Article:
Gov. Bobby Jindal will present legislators with a $24.7 billion proposed state operating budget Friday that hinges on what the governor characterized as money-saving partnerships.
The spending plan for the fiscal year that starts July 1 banks on savings materializing from the privatization of public hospital operations.
Public-private partnerships already are planned for the operations of LSU hospitals in New Orleans, Lafayette and Houma, as well as the $1.1 billion academic medical center in New Orleans, which is under construction.
Jindal previewed the budget for the media Thursday at the Governor’s Mansion.
“We think this is a good budget, a responsible budget,” he said.
The state faces a $1.3 billion shortfall in the upcoming fiscal year, partly because the federal government trimmed back on how much it pays toward the Medicaid program that provides health care to the poor.
House Appropriations Chairman Jim Fannin, D-Jonesboro, said earlier in the day that he left a budget discussion with the Jindal administration feeling better than he thought he would.
“I can’t say I’m happy about the budget,” Fannin said. “I can say ... I’m considerably happier than last year.”
Fannin said a number of factors will help fill the gap, including public-private partnerships, college tuition and a tobacco settlement refinancing.
The Jindal administration anticipates generating as much as $85 million by possibly refinancing a settlement. The settlement stems from the state opting to sell part of the money that major tobacco companies agreed to pay states over decades for health-care costs related to smoking.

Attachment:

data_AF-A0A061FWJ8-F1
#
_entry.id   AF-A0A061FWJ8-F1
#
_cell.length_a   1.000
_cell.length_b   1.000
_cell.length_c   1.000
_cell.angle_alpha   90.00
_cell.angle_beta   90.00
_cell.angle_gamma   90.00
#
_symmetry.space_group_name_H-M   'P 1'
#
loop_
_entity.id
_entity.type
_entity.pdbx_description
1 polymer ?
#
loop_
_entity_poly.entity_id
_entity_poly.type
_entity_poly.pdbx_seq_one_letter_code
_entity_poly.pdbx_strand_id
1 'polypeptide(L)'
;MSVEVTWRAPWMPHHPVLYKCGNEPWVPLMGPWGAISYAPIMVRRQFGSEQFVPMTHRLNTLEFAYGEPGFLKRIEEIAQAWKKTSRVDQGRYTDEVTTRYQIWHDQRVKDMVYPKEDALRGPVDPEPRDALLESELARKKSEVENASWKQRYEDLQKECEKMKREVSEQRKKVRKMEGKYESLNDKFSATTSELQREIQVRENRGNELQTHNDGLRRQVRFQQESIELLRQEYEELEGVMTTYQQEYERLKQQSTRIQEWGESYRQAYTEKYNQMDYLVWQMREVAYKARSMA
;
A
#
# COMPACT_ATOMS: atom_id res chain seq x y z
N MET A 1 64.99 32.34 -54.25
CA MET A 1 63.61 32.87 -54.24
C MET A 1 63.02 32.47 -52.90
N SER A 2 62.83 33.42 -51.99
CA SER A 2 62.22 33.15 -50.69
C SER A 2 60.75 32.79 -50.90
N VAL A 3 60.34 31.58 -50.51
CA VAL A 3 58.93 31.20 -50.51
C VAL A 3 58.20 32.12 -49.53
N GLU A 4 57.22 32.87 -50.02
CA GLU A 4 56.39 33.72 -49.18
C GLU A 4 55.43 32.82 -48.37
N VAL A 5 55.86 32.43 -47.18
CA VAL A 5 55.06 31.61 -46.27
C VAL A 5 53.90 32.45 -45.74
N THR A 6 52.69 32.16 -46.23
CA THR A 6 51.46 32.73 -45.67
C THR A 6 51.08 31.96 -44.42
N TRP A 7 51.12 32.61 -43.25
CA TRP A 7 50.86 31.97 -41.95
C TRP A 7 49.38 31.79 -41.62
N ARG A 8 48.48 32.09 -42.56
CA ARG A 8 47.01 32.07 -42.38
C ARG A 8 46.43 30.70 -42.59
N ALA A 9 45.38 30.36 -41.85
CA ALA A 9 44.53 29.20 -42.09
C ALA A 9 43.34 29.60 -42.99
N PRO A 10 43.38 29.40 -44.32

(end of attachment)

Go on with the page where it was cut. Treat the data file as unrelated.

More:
Any savings from refinancing the tobacco settlement would go toward the Taylor Opportunity Program for Students, or TOPS. However, an infusion of money for the free college tuition program would decrease the state’s financial obligations for TOPS, generating more money for the budget.
At the same time, the governor is working on a proposal to eliminate the state’s personal income and corporate taxes.
He said that proposal will not affect the budget because he plans to replace the roughly $3 billion in tax revenue.
Jindal said there will be no new college tuition increases outside of the hikes already allowed through the LA GRAD Act, a 2010 law that gave campuses permission to raise tuition by up to 10 percent each year if they meet goals.
At the lower education level, basic state funding for public schools will remain largely frozen for the fifth year in a row. Jindal said the only increases will be for student enrollment growth.
The governor said doctors and other health care providers who treat Medicaid patients will not see further drops in the compensation they receive.
Jindal laughed when asked if he would reverse course like Florida Gov. Rick Scott and expand the state’s Medicaid rolls with federal government assistance that eventually will drop from 100 percent to 90 percent. Jindal said the answer remains “No.”
The expansion would provide federally funded health insurance to tens of thousands of Louisiana’s working poor, but the governor has said the program is too expensive.
State Rep. Brett Geymann, R-Lake Charles, said he hopes the governor steers away from using nonrecurring money for expenses that must be met year after year.
“I hope the executive budget includes no contingencies or one-time money used on recurring expenses. These practices of the past have put us in a position of always dealing with midyear cuts and beginning year shortfalls as we fill the holes left by accounting gimmicks,” Geymann said.